Can you remove the ellipses?

I was wondering if its possible to remove the ellipses in modules and explicitly define all the required arguments?
The idea is that it would be clearer where an option is coming from.

And maybe it would be possible to combine NixOS and home-manager options that way?
For example we could the rename the home-manager services to hm-services?
Like with Python
import foo as bar

Maybe what you want is

let hm-services = import home-manager; in

It’s not clear though, what are you trying to achieve. Can you elaborate?

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I have actually two ideas.
One is just to have cleaner .nix files which explicitly show the options they are using.
E.g. like this:

{ networking, virtualisation }:

  networking.hostName = "foo"; = true;

The other idea is to have home-manager and NixOS options in the same file.
For example the droidcam package has an option from NixOS but the option doesn’t create a desktop file.
I would like to create the desktop file with home-manager and add it to the same .nix file as the NixOS option so that all the droidcam options are in the same file and I only need to add one import to enable droidcam without having two configs one for NixOS and one for droidcam.

pkgs.lib.callPackage will call a function, giving it all the named arguments from nixpkgs it asks for. There are variants of that function that allow you to specify additional/your own scope. Whenever you specify a derivation, using that is a very nice way to achieve this.

For modules this isn’t possible without serious hacking, so using the let inherit ... in pattern is probably the nicest way to achieve the import clarity you’re looking for, combined with the assignment @cab suggests when you need to rename.

I usually depend on the global lib, pkgs, config and such in modules, and then define which exact functions I’ll use before the module definition, like so: dotfiles/pipewire-rnnoise.nix at 645c5996d2f2f63bc139e7abbbefbb641c4c83b2 · TLATER/dotfiles · GitHub

Note that glob imports in Python are mostly discouraged because Python scoping is a mess. Nix isn’t affected by this, so it’s significantly less problematic here, although I agree it’s nice to explicitly state your imports just to make it easier to read. The conventions here probably come from the Haskell world, where glob imports are almost encouraged.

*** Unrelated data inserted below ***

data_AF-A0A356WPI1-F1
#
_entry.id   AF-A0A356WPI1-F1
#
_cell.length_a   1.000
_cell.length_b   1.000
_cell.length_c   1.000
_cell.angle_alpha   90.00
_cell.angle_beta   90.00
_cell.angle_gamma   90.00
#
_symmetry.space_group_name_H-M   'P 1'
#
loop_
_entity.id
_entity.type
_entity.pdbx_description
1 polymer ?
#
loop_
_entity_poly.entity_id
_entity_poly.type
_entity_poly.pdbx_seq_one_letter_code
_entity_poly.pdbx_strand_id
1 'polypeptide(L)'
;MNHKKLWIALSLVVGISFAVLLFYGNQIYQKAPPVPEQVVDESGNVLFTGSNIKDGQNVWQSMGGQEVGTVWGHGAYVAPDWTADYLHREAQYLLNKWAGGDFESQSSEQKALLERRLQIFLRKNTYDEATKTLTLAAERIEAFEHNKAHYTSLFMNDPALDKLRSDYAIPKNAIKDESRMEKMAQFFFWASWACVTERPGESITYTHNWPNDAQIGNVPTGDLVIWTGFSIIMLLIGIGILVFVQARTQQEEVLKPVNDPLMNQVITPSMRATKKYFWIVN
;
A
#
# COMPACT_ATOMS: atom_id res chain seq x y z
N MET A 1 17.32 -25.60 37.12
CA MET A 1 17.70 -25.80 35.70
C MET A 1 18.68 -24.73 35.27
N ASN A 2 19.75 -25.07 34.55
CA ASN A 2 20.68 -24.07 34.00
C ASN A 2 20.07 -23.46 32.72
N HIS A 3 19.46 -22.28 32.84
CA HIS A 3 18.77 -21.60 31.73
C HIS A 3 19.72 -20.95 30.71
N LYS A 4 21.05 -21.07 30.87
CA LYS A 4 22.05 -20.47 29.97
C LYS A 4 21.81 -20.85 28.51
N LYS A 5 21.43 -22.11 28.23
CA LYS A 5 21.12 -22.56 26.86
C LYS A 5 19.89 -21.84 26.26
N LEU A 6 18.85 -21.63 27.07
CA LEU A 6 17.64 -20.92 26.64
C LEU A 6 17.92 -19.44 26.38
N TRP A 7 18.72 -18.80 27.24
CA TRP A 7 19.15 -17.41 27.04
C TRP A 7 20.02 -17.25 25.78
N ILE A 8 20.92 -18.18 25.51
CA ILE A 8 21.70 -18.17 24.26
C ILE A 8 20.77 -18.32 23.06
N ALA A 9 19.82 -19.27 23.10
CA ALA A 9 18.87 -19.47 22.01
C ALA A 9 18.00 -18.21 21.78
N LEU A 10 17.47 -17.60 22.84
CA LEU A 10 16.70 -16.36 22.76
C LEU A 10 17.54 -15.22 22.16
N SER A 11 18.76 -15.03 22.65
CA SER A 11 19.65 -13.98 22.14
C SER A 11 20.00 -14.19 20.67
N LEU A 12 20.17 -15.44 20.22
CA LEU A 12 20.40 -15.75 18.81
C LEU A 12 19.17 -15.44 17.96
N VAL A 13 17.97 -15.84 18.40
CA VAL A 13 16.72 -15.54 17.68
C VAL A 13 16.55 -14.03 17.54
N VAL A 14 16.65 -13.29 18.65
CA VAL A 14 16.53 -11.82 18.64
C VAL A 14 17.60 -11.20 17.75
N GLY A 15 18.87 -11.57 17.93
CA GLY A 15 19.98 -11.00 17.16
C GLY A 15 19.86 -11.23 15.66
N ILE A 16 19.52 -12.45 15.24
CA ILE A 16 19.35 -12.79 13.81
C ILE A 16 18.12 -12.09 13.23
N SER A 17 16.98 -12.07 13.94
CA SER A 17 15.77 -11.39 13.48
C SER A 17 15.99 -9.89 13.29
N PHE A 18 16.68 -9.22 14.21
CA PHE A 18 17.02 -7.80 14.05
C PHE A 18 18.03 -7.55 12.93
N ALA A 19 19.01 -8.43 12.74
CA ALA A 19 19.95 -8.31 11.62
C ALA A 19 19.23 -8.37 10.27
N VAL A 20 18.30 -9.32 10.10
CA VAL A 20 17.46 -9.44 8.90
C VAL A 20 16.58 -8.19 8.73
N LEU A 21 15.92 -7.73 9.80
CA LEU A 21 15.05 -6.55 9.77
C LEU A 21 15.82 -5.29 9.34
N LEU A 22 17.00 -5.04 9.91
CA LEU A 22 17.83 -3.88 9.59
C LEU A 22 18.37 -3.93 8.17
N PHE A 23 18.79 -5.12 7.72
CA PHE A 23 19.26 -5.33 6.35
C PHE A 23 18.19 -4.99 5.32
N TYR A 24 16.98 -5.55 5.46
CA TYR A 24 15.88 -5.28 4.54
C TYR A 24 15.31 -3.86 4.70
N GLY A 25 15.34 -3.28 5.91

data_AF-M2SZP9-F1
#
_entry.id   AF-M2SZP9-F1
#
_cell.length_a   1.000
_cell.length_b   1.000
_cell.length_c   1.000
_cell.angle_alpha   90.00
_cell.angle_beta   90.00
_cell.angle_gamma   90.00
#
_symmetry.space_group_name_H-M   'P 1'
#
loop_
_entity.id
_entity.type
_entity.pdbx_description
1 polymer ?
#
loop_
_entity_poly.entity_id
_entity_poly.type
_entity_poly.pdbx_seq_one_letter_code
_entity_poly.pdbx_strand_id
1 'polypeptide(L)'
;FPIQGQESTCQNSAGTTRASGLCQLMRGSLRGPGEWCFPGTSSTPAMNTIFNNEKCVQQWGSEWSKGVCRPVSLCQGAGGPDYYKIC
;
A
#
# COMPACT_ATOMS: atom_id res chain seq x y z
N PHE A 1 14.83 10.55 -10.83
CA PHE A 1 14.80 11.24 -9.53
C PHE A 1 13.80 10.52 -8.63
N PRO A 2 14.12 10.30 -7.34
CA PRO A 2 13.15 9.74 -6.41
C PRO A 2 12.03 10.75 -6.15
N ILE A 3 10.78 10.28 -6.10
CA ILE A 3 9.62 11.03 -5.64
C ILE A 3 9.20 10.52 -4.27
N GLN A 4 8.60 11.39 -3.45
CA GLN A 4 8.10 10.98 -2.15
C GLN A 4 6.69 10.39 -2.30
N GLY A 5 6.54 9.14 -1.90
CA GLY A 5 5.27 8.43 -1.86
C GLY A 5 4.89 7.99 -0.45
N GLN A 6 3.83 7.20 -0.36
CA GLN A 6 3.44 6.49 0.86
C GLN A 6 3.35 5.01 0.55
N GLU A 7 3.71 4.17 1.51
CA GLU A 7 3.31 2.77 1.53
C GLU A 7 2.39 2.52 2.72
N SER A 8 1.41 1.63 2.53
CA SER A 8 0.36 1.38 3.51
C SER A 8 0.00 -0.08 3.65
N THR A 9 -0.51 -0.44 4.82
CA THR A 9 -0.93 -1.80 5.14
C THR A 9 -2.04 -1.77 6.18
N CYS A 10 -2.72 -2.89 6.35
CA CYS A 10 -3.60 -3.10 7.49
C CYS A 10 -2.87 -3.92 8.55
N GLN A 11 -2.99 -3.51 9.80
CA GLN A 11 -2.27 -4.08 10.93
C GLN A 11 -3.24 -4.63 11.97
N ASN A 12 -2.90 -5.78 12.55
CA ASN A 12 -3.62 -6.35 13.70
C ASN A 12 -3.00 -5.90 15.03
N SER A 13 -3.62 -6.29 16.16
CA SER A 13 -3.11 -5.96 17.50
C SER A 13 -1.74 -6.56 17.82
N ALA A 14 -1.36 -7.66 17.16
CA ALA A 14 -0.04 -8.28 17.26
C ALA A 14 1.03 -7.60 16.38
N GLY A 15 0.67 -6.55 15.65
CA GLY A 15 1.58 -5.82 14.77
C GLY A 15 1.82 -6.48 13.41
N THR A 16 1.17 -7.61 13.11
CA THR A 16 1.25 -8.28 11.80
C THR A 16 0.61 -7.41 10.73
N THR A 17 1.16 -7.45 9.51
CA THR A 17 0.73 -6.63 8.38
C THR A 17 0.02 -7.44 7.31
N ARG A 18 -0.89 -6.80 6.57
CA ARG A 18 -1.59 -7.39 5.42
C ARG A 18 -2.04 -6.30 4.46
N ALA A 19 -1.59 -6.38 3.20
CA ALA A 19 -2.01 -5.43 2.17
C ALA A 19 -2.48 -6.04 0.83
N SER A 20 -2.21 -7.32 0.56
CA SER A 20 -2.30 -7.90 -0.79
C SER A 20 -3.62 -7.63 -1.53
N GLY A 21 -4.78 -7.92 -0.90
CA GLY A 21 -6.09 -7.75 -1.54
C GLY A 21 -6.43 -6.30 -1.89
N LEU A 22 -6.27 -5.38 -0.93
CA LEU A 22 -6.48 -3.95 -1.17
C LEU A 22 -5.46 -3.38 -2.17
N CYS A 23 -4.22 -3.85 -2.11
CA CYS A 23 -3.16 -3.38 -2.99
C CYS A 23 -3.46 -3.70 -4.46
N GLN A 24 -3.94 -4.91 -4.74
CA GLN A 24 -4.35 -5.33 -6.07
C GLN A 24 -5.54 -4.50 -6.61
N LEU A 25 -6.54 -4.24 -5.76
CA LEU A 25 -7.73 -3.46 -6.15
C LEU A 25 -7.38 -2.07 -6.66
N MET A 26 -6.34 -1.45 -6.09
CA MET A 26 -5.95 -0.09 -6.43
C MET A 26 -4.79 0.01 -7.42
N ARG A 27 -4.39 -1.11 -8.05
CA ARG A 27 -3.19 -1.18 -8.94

This is possible using the NixOS module. Note that this is a completely separate tree under config, so there’s no need for a renamed import or anything.

Modules are inherently scoped, and there’s no way to define “this file only operates on subtree x of the module tree”, however you can use let bindings on config, which is a common pattern: nixos-hosts/rnnoise-suppression.nix at 0eff339a19d07ef7fe1f81cd962aa08fcc2e255e · TLATER/nixos-hosts · GitHub (still using with lib there, tsk).

I haven’t seen this used to mix two separate trees before, though.

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I think you have the scope a little backwards. The purpose of the ... is not to bring into scope variables like networking or virtualisation. When you write networking.hostName = "foo";, you aren’t using a variable named networking. A NixOS module is a function that takes certain inputs, and returns an attrset (think dictionary) of configuration definitions. So networking.hostName = "foo"; is actually saying that the attrset returned by this function should contain a key “networking” whose value is another attrset with a key “hostName” whose value is “foo”.

The purpose of the ... is that the NixOS module system provides a bunch of typically unnecessary arguments to your module, so we use ... to say “the system can give me whatever it wants; I only care about the ones I’ve listed here, like pkgs.”

Note that the NixOS module system is a very different system than the callPackage system used within nixpkgs.


Ah so it’s a bit like *args, **kwargs from Python.
So if I understand it correctly the arguments only really matter when I used them again with a with for example?

The arguments matter when they contain something you need. pkgs contains packages, the lib argument contains various utility functions, etc. I recommend reading about the nix expression language.

Thanks I’ll check it out.
But I think understand it now already a bit better.
I’m reading (or read already) a lot of resources (nix pills, nix tour, NixOS manual, etc.) but I’m having some difficulties to understand what parts are relevant at which location or for which task.

Another reason to have the ... in module arguments is it allows us to add additional arguments in the future without rewriting every NixOS module in the world. Also, the module system allows you to have your own custom arguments, though that is a rarely used feature (I think).

With flakes it has become more common, as that’s the only way to thread the inputs through the modules.